80 McDonald, K. P.; Ramabhadran, R. O.; Lee, S.; Raghavachari, K., Flood, A. H., Polarized Naphthalimide CH Donors Enhance Cl Binding Within an Aryl-Triazole Receptor, Org. Lett. 2011, 13, 6260-6263. DOI

78 Ramabhadran, R. O.; Hua, Y.; Flood, A. H.; Raghavachari, K., From Atomic to Molecular Anions: A Neutral Receptor Captures Cyanide using Strong C–H Hydrogen Bonds, Chem. Eur. J. 2011, 17, 9123-9129. DOI

75 Hua, Y.; Ramabhadran, R. O.; Karty, J. A.; Raghavachari, K.; Flood, A. H., Two levels of conformational pre-organization consolidate strong CH hydrogen bonds in chloride-triazolophane complexes, Chem. Commun. 2011, 47, 5979-5981. DOI

74 Zahran, E. M.; Hua, Y.; Lee, S.; Flood, A. H.; Bachas, L. G., Ion-selective electrodes based on a pyridyl-containing triazolophane: Manipulating halide selectivity by mixing dipole-promoted cooperativity with hydrogen bonding, Anal. Chem. 2011, 83, 3455-3461. DOI

73 Hua, Y.; Ramabhadran, R. O.; Uduehi, E. O.; Karty, J. A.; Raghavachari, K.; Flood, A. H., Aromatic and aliphatic CH hydrogen bonds fight for chloride while competing alongside ion pairing within triazolophanes, Chem. Eur. J. 2011, 17, 312-321. DOI.

72 Hua, Y.; Flood, A. H., Flipping the switch on chloride concentrations with a light-active foldamer, J. Am. Chem. Soc. 2010, 132, 12838-12840. DOI.

70 Lee, S.; Hua, Y. Park, H.; Flood, A. H., Intramolecular hydrogen bonds preorganize aryl-triazole receptor into a crescent for chloride binding, Org. Lett. 2010, 12, 2100-2101. DOI

66 Hua, Y.; Flood, A. H., Click chemistry generates priviliged CH hydrogen-bonding triazoles: the latest addition to anion supramolecular chemistry, Chem. Soc. Rev. 2010, 39, 1262-1271. DOI

65 McDonald, K. P.; Hua, Y.; Flood, A. H., 1,2,3-Triazoles and the Expanding Utility of Charge Neutral CH•••Anion Interactions, Anion Receptors Special Issue in Topic in Heterocyclic Chemistry, Springer, 2010. DOI

63 Zahran, E.; Hua, Y.; Li, Y.; Flood, A. H.; Bachas , L. G., Triazolophanes: A new class of halide-selective ionophores for potentiometric sensors, Anal. Chem. 2010,  82, 368-375. DOI

60 Bandyopadhyay, I.; Raghavachari, K.; Flood, A. H., Strong CH•••halide hydrogen bonds from 1,2,3-triazoles quantified using pre-organized and shape-persistent triazolophanes, ChemPhysChem. 2009, 10, 2535-2540. DOI

59 Li, Y.; Vander Griend, D. A.; Flood, A. H., Modelling triazolophane-halide binding equilibria using Sivvu analysis of UV-vis titration data recorded under medium binding conditions, Supramolec. Chem. 2009, 21, 111-117. (Special Issue for the III International Symposium on Macrocyclic and Supramolecular Chemistry, Las Vegas 2008), DOI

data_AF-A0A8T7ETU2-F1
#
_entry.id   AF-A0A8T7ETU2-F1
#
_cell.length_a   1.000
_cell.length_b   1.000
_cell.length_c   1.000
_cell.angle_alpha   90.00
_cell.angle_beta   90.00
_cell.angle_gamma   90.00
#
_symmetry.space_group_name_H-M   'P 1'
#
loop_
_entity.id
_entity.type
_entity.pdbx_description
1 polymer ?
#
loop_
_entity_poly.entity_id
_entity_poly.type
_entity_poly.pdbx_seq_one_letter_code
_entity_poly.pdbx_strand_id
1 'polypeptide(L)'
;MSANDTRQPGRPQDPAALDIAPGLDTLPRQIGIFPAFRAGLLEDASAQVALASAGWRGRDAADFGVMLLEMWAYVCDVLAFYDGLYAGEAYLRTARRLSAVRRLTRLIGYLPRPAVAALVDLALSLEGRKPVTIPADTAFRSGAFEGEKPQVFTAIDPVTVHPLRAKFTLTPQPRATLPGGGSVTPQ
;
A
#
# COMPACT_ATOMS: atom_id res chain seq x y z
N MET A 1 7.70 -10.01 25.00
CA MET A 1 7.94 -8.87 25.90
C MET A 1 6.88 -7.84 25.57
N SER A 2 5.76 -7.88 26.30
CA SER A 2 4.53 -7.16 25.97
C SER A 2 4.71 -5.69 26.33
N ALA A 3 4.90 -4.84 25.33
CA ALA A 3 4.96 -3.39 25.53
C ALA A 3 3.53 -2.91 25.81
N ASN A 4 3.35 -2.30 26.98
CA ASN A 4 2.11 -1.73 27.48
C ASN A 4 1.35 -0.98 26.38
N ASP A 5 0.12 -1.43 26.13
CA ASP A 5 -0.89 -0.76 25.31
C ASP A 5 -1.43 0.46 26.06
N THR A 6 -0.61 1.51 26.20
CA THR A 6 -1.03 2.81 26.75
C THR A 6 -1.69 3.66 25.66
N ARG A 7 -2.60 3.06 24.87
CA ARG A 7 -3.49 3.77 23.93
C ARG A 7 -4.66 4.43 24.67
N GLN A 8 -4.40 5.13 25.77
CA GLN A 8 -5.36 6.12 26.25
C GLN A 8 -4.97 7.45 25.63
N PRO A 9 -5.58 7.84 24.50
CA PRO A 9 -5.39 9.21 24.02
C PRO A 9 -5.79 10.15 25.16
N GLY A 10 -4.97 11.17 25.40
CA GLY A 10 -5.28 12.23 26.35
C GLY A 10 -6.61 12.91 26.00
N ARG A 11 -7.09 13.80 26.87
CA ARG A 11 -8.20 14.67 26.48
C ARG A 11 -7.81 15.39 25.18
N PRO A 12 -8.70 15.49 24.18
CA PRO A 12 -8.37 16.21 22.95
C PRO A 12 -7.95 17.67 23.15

55 Li, Y.; Pink, M.; Karty, J. A.; Flood, A. H., Dipole-Promoted and Size-Dependent Cooperativity between Pyridyl-Containing Triazolophanes and Halides Leads to Persistent Sandwich Complexes with Iodide, J. Am. Chem. Soc., 2008, 130, 17293-17295. DOI

53 Li, Y.; Flood, A. H., “Strong, size-selective, and electronically-tunable C–H•••halide binding with steric control over aggregation from synthetically modular, shape-persistent [34]triazolophanes, J. Am. Chem. Soc. 2008, 130, 12111-12122. DOI

52   Li, Y.; Flood, A. H., "Pure CH hydrogen bonding to chloride ions: A pre-organized and rigid macrocyclic receptor," Angew. Chem. Int. Ed. 2008, 47, 2649-2652. DOI

See also the news coverage by: Chem. & Eng. News,NatureChemistry World

 

 

 

CS Dimer

References for the Cyanostar Series

148. White, N.; Zhao, W.; Flood, A. H., Recognition and Applications of Anion–Anion Dimers based on Anti-Electrostatic Hydrogen Bonds (AEHBs), Chem. Soc. Rev. 2020, 49, 7893-7906. DOI

147. Dhara, A.; Sadhukhan, T.; Sheetz, E. G.; Raghavachari, K.; Flood A. H., Zero-overlap Fluorophores for Fluorescent Studies at Any Concentration, J. Am. Chem. Soc. 2020 142, 12167-12180. DOI

142. Zhao, W.; Tropp, J.; Qiao, B.; Pink, M.; Azoulay, J. D.; Flood, A. H., Tunable Adhesion from Stoichiometry-controlled and Sequence-defined Supramolecular Polymers Emerges Hierarchically from Cyanostar-stabilized Anion-anion Attractions, J. Am. Chem. Soc., 2020. 142, 2579–2591. DOI

137. Zhao, W.; Qiao, B.; Tropp, J.; Pink, M.; Azoulay, J.; Flood, A. H., Linear Supramolecular Polymers Driven by Anion-Anion Dimerization of Difunctional Phosphonate Monomers inside Cyanostar Macrocycles, J. Am. Chem. Soc. 2019, 141, 4980-4989. DOI